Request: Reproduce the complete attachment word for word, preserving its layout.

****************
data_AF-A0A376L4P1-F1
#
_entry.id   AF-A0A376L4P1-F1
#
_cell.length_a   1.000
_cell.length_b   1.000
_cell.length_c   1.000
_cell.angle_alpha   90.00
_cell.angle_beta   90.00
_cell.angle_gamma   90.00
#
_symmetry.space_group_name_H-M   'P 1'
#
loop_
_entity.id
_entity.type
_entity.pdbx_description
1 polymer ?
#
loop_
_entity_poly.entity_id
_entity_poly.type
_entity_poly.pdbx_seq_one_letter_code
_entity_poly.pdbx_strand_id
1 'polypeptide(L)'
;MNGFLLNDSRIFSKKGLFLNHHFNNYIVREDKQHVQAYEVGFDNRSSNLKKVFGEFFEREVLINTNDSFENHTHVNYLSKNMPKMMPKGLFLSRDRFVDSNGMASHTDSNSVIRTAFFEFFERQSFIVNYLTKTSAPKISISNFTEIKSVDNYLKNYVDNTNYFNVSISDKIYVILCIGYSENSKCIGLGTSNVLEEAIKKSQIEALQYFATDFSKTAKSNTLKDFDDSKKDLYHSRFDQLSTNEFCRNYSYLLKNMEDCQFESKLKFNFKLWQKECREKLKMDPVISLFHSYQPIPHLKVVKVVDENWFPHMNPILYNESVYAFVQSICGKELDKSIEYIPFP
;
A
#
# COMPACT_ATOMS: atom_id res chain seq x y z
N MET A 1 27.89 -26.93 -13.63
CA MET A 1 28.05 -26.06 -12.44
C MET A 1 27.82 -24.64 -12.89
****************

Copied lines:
data_AF-A0A376L4P1-F1
#
_entry.id   AF-A0A376L4P1-F1
#
_cell.length_a   1.000
_cell.length_b   1.000
_cell.length_c   1.000
_cell.angle_alpha   90.00
_cell.angle_beta   90.00
_cell.angle_gamma   90.00
#
_symmetry.space_group_name_H-M   'P 1'
#
loop_
_entity.id
_entity.type
_entity.pdbx_description
1 polymer ?
#
loop_
_entity_poly.entity_id
_entity_poly.type
_entity_poly.pdbx_seq_one_letter_code
_entity_poly.pdbx_strand_id
1 'polypeptide(L)'
;MNGFLLNDSRIFSKKGLFLNHHFNNYIVREDKQHVQAYEVGFDNRSSNLKKVFGEFFEREVLINTNDSFENHTHVNYLSKNMPKMMPKGLFLSRDRFVDSNGMASHTDSNSVIRTAFFEFFERQSFIVNYLTKTSAPKISISNFTEIKSVDNYLKNYVDNTNYFNVSISDKIYVILCIGYSENSKCIGLGTSNVLEEAIKKSQIEALQYFATDFSKTAKSNTLKDFDDSKKDLYHSRFDQLSTNEFCRNYSYLLKNMEDCQFESKLKFNFKLWQKECREKLKMDPVISLFHSYQPIPHLKVVKVVDENWFPHMNPILYNESVYAFVQSICGKELDKSIEYIPFP
;
A
#
# COMPACT_ATOMS: atom_id res chain seq x y z
N MET A 1 27.89 -26.93 -13.63
CA MET A 1 28.05 -26.06 -12.44
C MET A 1 27.82 -24.64 -12.89